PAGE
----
Dept. of Homeland Security Takes on the Backpage Boom

What a rocky year it has been for Tony Ortega and his sex trafficking pals over at Backpage. In some respects it’s almost difficult to fathom that a year has passed since the CEO of classified ads website, Carl Ferrer, pleaded guilty to federal charges and the site was permanently shut down.

In the meantime, we’ve seen how scores of pimps and accomplices have been taken down and served stiff prison sentences.

But amid the justifiable celebration we’ve seen as these criminals are being brought to justice, we’ve also been reporting also about the dark legacy of the organization Tony Ortega praised and defended as being run by ‘very smart people’.

Now the feds have turned their attention to dismantling Backpage’s successors, and there are no shortage of would-be copycats only too eager to cash in on the business model the ‘very smart people’ behind Backpage cooked up.

Per a report this past Sunday in the Wall Street Journal, U.S. authorities (including the Department of Homeland Security and the Department of Justice) are looking into whether three websites that make money off of escort ads and user-generated prostitution reviews “have engaged in or knowingly enabled human trafficking, prostitution and money-laundering.” It is worth noting that this language is the exact wording used by the government in the charging documents served to Lacey, Larkin, and Carl Ferrer.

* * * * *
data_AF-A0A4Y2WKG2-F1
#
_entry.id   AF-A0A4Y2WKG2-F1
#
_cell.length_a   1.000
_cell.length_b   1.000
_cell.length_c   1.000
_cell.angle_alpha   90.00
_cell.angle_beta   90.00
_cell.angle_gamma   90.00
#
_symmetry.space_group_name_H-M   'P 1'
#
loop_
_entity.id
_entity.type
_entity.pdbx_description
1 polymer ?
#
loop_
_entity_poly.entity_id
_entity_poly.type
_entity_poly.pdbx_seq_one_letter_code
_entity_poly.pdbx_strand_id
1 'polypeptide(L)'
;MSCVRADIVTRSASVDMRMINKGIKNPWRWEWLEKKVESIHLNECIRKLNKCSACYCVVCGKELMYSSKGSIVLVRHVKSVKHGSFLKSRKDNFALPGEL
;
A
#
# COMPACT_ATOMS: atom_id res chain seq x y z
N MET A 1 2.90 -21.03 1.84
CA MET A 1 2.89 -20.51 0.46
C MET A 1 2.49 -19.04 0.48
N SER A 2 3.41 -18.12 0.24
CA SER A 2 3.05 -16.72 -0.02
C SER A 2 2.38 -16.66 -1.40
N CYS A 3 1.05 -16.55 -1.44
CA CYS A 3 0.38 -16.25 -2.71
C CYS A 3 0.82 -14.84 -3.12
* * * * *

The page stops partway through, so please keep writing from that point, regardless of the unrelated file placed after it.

Alarmingly the investigation has taken something of an international focus, targeting massage parlor review sites like, escort review site, and escort advertising service

According to the Journal, the three sites in question were among those that most benefited from Backpage’s removal, which allowed them to surge to success.

Among websites in the underground commercial sex economy in the U.S., was the most visited ad platform in July, according to an analysis of visitor data compiled by Alexa Internet Inc. Rubmaps and EroticMonkey were the two most visited review sites that month, according to, which performed the analysis and provides data and other tools to help law enforcement combat sex trafficking. Indeed, as Rob Spectre,’s founder and chief executive observed: “All three of those websites benefited substantially from the seizure of Backpage.”

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